Vim & Vigor - Winter 2009 - (Page 34)

over sidney poitier, 82, triumphed over poverty and racial prejudice to become one of the greatest movie actors ever—and then he - overcame prostate cancer lready recognized as one of the most successful actors of all time, Sidney Poitier was still flourishing in his mid-60s: acting, directing and enjoying the attention of his children, grandchildren and an adoring public. But then the biopsy result came back: prostate cancer. Like the unprovoked punch to the face from a white man when he was 14—an early encounter with racism he’ll never forget—the blow was unexpected and devastating. How could this happen? Born the seventh child to a semiliterate tomato farmer in the Bahamas, Poitier began his unlikely rise to stardom after trying an acting class in Harlem at 18. He is not the only tall, handsome, confident and articulate black man to reach the top of his calling. The list unfurls from Frederick Douglass, George Washington Carver and Thurgood Marshall to Muhammad Ali, Tiger Woods, Denzel Washington, Colin Powell and Barack Obama. But he stands as high as any of them in the impact he had in breaking down racial prejudice because of the roles he undertook. In the racially charged 1960s, he burst stereotypes by playing exemplary leading men who exuded dignity. He builds a chapel for no pay in Lilies of the Field, teaches inner-city kids in To Sir, with Love, solves a homicide in a racist Southern town in In the Heat of the Night and confronts the prejudice of PHOTOGRAPH BY GASPER TRINGALE/CPI by bob cooper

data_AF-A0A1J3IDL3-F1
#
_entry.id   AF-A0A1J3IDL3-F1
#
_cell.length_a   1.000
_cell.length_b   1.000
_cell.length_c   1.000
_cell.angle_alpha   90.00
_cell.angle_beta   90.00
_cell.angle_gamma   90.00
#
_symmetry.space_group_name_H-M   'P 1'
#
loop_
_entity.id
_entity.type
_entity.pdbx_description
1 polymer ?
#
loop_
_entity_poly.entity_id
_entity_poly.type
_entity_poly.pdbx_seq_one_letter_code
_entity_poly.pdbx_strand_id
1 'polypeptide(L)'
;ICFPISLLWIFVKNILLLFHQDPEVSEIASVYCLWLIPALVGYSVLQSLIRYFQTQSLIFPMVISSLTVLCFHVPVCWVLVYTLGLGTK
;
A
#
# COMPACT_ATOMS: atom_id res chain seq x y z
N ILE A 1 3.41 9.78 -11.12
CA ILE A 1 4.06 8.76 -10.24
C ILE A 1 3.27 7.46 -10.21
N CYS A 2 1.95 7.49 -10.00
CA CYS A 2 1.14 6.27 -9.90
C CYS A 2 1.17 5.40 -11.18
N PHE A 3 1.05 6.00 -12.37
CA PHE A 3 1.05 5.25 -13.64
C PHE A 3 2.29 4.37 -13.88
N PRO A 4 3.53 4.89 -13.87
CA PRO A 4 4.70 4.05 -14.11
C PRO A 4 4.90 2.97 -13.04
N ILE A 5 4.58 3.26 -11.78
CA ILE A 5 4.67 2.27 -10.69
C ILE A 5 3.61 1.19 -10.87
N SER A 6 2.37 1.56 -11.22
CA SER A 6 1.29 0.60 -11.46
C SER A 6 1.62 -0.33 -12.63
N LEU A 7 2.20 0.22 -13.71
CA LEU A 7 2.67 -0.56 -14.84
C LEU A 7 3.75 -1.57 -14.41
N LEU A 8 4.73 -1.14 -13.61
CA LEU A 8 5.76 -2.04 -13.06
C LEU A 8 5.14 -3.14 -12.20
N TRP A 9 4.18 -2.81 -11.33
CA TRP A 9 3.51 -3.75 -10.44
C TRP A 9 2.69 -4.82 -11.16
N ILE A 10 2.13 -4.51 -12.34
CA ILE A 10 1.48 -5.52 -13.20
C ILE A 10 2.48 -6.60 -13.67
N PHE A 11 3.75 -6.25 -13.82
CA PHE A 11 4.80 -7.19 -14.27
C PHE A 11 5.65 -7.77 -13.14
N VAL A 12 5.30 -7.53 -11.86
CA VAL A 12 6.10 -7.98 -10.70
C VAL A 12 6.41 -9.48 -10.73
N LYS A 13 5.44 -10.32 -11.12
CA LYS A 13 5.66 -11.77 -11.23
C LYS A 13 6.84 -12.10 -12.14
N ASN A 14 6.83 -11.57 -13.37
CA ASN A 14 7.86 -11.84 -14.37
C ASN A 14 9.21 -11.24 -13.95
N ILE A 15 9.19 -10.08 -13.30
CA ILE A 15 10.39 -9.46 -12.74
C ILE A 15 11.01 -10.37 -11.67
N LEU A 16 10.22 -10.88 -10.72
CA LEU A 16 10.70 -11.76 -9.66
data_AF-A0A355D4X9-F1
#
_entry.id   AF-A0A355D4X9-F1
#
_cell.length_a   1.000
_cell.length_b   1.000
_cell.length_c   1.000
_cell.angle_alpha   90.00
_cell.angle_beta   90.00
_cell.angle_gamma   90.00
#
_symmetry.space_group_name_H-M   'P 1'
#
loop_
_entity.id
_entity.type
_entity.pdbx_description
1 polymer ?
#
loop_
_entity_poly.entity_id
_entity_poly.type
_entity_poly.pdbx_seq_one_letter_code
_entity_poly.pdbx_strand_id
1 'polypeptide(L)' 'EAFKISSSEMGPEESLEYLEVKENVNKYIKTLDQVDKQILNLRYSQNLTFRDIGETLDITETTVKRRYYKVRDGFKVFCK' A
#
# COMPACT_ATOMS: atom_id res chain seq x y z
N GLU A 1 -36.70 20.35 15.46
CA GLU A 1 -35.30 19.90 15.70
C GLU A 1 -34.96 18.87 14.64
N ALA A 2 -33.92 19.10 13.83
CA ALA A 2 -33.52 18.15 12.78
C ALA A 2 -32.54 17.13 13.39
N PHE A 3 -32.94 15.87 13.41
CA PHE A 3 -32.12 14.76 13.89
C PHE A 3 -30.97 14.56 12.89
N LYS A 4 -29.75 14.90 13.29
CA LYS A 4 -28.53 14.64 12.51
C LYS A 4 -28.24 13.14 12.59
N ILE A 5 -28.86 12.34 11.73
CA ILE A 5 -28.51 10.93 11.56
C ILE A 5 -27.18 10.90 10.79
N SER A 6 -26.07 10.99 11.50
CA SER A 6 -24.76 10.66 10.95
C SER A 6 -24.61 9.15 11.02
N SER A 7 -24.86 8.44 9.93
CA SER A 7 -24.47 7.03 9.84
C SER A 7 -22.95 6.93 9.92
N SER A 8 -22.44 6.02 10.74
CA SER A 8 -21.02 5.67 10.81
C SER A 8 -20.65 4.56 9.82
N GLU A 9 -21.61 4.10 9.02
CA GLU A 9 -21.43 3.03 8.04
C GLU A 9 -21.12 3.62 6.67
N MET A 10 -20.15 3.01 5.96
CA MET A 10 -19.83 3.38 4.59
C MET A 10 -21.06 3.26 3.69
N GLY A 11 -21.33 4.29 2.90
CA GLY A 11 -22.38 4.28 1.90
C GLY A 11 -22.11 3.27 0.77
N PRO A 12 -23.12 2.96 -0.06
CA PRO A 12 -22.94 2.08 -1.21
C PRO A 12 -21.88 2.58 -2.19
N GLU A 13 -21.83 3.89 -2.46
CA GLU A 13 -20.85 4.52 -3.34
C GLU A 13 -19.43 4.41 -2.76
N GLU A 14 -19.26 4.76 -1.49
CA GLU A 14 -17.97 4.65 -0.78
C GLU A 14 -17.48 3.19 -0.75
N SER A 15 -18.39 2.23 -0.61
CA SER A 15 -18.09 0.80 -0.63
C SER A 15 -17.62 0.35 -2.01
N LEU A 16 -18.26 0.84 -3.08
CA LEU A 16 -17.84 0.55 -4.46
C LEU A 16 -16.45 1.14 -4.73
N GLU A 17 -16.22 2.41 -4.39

Table of Contents for the Digital Edition of Vim & Vigor - Winter 2009

Vim & Vigor - Winter 2009
Opening Thoughts
For Your Health
Close Call
Model Behavior
Is It a Sign?
Your Heart: The Owners Manual
Independence Days
The Right Stuff
Watch and Learn
Up to Speed
It Ain't Brain Surgery
Centering Preganancy
Somebody Special
From Here to Hanoi
Ask the Experts

Vim & Vigor - Winter 2009